Egg Wash for Baking
An egg wash is a mixture of egg and water that is used to brush on top of breads and pastries before baking to give them a shiny, golden-brown finish.
What is an Egg Wash?
In baking, many recipes call for an egg wash to be brushed on the baked good before it goes into the oven. The purpose of this is to give the final product a golden brown color that is slightly shiny.
This is purely for aesthetic purposes and does not really affect the final flavor of the baked good. Egg washes make the final product look more professional and appetizing.
How to Make an Egg Wash
An egg wash is made simply by whisking together an egg with about a tablespoon of water. Most bakers don’t actually measure the amount of water that is whisked in, they just eyeball it until it looks like it is the right consistency.
You want to make sure that the egg white and yolk are completely incorporated and thin enough to easily brush on your dough with a pastry brush.
What is it Used on?
Typically egg washes are used on pastries, like a danish or pie crust, or on enriched bread, like soft dinner rolls or sandwich bread. It is also sometimes used as a barrier on a pie crust before the filling goes in to help prevent a soggy bottom.
The main purpose of brushing the egg on your baked good before baking is appearance. If you see it in a recipe, it is almost always optional and will not affect the final texture or flavor of your baked good- only the appearance.
If you look at a baked good side by side with and without an egg wash, the one that did not get brushed before baking will look more dull or rustic. The one that did get brushed will have a brighter golden color. It tends to look a bit more professional.
TIP: Make sure that the consistency of the egg wash is fluid before brushing it on the baked good. If there are clumps of yolk that did not get incorporated fully in with the white, it can leave a blotchy look to your final product.
Substitute for Egg Wash
There are several subsitutues for egg wash such as using milk, cream, oil, butter, or even honey or agave thinned out with some milk. All of these options will give varying final results as far as the shine and final color.
How to Store
If you don’t use all of your egg wash for your bake, you can store it in an airtight container in the refrigerator for 3 days. I often just throw it into my scrambled eggs the next day. But if you will be baking again in a few days, then you will have it ready to go!
Basic Egg Wash Recipe
This is a basic egg wash recipe that can be used to brush on scones, pie crusts, breads, and pastries.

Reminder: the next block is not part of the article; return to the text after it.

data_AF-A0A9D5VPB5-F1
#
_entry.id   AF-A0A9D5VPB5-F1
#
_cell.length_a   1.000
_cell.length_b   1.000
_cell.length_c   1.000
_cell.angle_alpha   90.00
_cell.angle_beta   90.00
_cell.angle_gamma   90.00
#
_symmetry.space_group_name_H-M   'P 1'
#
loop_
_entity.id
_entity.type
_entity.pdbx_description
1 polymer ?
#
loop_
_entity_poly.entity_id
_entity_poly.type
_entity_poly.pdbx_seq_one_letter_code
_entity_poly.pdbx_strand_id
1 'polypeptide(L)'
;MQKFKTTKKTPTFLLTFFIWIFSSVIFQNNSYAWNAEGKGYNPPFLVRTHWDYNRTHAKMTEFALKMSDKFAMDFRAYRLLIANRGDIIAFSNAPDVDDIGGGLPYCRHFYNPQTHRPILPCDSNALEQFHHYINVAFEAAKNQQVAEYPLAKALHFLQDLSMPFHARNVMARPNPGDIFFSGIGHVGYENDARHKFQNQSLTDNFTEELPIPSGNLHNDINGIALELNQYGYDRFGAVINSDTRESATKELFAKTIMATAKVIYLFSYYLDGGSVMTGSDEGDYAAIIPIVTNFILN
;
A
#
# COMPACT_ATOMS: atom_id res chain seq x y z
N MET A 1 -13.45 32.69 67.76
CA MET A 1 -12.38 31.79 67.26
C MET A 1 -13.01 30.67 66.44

- 1 whole egg
- 1 tablespoon water
- Combine the egg and the water together and whisk vigorously until well combined and very smooth. You can add a bit more water if needed to thin out.
- Brush on top of your baked goods before baking.
- If you have leftover egg wash, you can store it in an airtight container in the refrigerator for 3 days. I typically just throw any leftover into my scrambled eggs the next day.
15 Comments on “Egg Wash for Baking”
Most baker’s don’t actually measure the amount of water that is whisked in, they just eyeball it until it looks like it is the right consistency.
I bake a lot, but I measure everything so that my results are always the same. Thank you to Baker Betty for exact instructions. I have seen different egg washes, but I like this one. My pie that is cooling looks great!
Most people aren’t bakers… Thanks for the recipe!
Tips for baking
I used the egg wash and I loved the shine it gave to my pies. I made sweet potatoe pie like apple turn overs. It came out great! I wrapped the pies in foil paper and it was soggy on top. What can I do about that?
Don’t cover it with foil and see how it goes
Thanks for the tips, I’m learning a lot from your blog.
I’ve used an egg wash the last two times I’ve baked dinner rolls. I like the results, however some of the rolls ended up “eggy” on the bottom. Did I brush too much on, or do I need to thin the wash a bit more?
I would suggest both. Add a bit more water and also use less so that it doesn’t pool around the sides of the rolls.
I’m making a dessert that calls for a sugar cookie crust. Could I use an egg white wash on that to keep the crust from becoming soggy?
Yes, you can!
Why does my egg wash crack? Like a dessert 🙁
I made buns for the first time and they are good but my wash is not even
Make sure you thoroughly whisk the egg and water together so it’s perfectly homogenous. You can also thin it with a touch more water if needed.
How long can egg wash sit on the bread while it’s proofing before baking it? I planned to have it proof overnight and then egg wash and bake in the morning but accidently added it tonight! Can I still wait till morning to bake?